Black-headed Bunting – Not many about and in my experience, not so easy to photograph – Tony Davison©

Black-headed Wagtail – a couple of these stunning yellow Wagtails were seen around the Christou River mouth area near Skalla Kalloni – Tony Davison©

Black-winged Stilt – above 4 images – Tony Davison©

Corn Bunting – I wish these were as common in UK as they were in Lesvos – Tony Davison©

Crested Lark – above 2 images – Tony Davison©

Cretzschmar’s Bunting – One of the Lesvos specialities – Tony Davison©

Greater Flamingo – approximately 500 on the salt pans at Skalla Kalloni – Tony Davison©

Kentish Plover – above 2 images – Tony Davison©

Little Bittern – Tskinias River Ford – Very elusive – Tony Davison©

Little Stint – small numbers passing through. A state of plumage that we rarely see in the UK, full summer – Tony Davison©

Little Ringed Plover – Above 3 images – Tony Davison©

Nightingale – Lots singing – Tony Davison©

Eastern Olivaceous WarblerTony Davison©


During my time on Lesvos, a huge invasion of Rose-coloured Starlings took place. They are a nomadic species and often erupt in huge numbers from their normal breeding grounds in Eastern most Europe.

Rose-coloured Starling – above 7 images – a huge migration of these birds passed through Lesvos during the time we were there. A fantastic spectacle to witness – Tony Davison©

Rufous Bush ChatTony Davison©

Scops OwlTony Davison©

Short-toed EagleTony Davison©

Spanish Sparrow – Skalla Kalloni village – Tony Davison©

White Stork – Papiana – Tony Davison©

Woodchat ShrikeTony Davison©

European Tree Frog – above 2 images – Tony Davison©


A few of the many butterflies that can be found on the island. These were all taken with a 100-400m lens, as I didn’t take my macro lens.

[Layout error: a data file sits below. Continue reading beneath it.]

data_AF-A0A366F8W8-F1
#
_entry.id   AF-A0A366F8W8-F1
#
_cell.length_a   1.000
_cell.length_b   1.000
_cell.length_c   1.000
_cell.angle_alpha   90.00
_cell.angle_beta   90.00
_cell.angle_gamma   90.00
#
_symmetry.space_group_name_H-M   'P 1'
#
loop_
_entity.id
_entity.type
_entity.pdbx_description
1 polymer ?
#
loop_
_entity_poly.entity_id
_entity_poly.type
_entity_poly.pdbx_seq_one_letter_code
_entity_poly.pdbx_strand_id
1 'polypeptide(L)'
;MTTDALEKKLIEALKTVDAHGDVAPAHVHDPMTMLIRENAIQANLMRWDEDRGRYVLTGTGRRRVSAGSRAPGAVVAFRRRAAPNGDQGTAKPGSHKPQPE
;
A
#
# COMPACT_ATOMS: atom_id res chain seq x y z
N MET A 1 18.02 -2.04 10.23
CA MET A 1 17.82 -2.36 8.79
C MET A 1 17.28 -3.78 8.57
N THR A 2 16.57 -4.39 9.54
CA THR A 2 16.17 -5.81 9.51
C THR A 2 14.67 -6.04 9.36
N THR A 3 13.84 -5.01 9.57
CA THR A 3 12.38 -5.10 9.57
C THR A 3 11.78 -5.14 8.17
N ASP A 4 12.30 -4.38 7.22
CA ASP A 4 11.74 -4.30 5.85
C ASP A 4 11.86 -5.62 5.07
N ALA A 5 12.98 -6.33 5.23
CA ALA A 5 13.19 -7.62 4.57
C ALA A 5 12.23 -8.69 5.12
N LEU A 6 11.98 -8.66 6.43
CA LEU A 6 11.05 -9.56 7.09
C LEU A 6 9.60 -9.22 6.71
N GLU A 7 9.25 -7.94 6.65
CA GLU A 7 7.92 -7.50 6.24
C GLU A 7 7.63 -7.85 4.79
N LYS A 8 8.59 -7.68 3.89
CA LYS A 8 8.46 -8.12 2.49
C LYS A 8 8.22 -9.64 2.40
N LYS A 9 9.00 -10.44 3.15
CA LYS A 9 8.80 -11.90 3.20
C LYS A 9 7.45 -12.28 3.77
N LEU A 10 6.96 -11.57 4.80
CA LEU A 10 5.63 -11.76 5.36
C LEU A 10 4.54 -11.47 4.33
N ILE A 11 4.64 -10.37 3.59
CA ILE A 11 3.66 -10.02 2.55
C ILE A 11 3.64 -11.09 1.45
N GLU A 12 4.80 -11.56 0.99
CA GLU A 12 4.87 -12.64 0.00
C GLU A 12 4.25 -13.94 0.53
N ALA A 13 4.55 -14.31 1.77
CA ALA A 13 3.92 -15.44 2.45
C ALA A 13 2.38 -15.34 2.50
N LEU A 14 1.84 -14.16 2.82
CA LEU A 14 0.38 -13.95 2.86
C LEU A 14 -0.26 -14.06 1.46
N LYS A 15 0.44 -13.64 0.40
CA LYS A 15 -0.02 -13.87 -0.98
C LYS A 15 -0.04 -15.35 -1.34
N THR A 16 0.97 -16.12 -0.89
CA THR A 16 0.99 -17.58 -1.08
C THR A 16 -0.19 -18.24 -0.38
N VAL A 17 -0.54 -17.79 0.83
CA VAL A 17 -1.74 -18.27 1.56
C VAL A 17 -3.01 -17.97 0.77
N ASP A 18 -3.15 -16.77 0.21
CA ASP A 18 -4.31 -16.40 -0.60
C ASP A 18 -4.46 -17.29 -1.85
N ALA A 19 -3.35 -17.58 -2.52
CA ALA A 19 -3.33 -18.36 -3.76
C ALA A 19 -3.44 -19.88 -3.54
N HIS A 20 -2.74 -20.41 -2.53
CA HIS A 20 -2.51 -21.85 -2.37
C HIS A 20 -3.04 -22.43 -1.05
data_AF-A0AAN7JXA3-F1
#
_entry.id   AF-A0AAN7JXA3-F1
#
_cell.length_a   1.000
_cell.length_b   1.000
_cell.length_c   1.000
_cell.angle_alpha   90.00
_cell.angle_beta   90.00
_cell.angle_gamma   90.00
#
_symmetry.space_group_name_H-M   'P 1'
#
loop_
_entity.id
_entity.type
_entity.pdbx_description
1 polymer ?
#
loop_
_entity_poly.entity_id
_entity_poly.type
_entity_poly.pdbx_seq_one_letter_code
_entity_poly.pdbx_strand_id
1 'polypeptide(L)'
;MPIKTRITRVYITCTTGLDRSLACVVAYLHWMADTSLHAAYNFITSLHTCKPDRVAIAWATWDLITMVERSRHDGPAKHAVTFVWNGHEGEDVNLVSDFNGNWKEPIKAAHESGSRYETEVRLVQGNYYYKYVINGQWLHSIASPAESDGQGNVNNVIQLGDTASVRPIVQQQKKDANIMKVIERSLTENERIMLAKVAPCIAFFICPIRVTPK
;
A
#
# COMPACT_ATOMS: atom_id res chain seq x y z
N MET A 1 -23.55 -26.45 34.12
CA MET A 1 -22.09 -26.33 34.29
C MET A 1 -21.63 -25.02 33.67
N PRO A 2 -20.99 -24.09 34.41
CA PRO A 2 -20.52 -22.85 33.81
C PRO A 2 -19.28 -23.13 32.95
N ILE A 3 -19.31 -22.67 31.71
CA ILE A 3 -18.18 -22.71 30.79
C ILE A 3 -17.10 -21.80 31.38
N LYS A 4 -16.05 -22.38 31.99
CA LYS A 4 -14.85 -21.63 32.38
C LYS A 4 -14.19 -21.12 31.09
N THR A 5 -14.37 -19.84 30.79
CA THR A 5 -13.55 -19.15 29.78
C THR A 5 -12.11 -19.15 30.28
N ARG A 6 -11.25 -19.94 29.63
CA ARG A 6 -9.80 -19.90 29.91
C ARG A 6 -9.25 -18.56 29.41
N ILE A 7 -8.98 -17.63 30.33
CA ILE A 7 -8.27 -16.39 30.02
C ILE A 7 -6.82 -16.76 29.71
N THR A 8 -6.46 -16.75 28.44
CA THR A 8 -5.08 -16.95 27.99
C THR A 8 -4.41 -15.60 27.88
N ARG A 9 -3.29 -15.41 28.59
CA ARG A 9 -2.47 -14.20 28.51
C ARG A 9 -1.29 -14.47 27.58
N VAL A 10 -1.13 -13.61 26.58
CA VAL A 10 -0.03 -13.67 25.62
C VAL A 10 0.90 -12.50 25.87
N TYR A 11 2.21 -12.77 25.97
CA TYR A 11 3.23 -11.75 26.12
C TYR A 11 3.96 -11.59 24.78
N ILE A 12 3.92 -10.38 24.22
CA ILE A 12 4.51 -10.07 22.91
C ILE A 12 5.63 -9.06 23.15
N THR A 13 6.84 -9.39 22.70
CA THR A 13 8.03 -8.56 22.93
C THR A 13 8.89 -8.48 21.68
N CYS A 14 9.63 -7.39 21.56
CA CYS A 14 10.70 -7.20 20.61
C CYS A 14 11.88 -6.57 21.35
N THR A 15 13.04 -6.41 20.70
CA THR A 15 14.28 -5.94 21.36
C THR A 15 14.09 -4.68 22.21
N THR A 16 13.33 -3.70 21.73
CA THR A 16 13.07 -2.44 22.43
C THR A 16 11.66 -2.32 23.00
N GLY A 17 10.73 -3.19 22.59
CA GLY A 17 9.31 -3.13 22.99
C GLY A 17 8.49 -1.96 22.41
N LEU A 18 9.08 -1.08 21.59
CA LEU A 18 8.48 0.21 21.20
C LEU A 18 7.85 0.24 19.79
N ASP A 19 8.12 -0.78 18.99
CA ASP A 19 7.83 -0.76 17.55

Balkan Marbled WhiteMelanargia larissa – a form called lesbina is found on Lesvos, Limnos and Greece. Tony Davison©

Common SwallowtailPapilio machaonTony Davison©

Great Banded GraylingBrintesia circeTony Davison©

Lattice Brown Kirinia roxelana – This specimen has lost part of its wing, but the unique underwing pattern can still be seen. Tony Davison©

Lesser Spotted FritillaryMelitaea trivia – Tony Davison©

Southern CommaPolygonia egea – A new species of butterfly for me. Tony Davison©



 Posted by at 2:34 pm
May 142018

Barrie & I decide to spend the day at the fabulous RSPB reserve at Frampton marsh in Lincolnshire. A Black-winged Stilt had been present the previous day, but alas had gone over-night as had the 1st winter Snowy Owl at nearby Freiston Shore reserve. Nevertheless we had some good birds – 4 Garganey; Little Stint; 2 Curlew Sandpiper, Greenshank; Ruff and Turtle Dove being the highlights. We had around 60 species during the day, boosting my year list along to 189.

Avocet– above 3 images – Tony Davison© – When I first started birding some 50 odd years ago, Avocet was a mega rarity. I had my first one at Minsmere in 1969

Black-headed Gull – summer adult – Tony Davison©

Brent GooseTony Davison© – still many hundreds around the reserve and on the wash.

Curlew SandpiperTony Davison© – two birds moulting into summer plumage plumage amongst the Black-tailed Godwits.

Garganey – 2 drakes, 5 birds were around the Freiston Shore reserve. – Tony Davison©

KestrelTony Davison©

Sedge WarblerTony Davsion©


 Posted by at 6:50 pm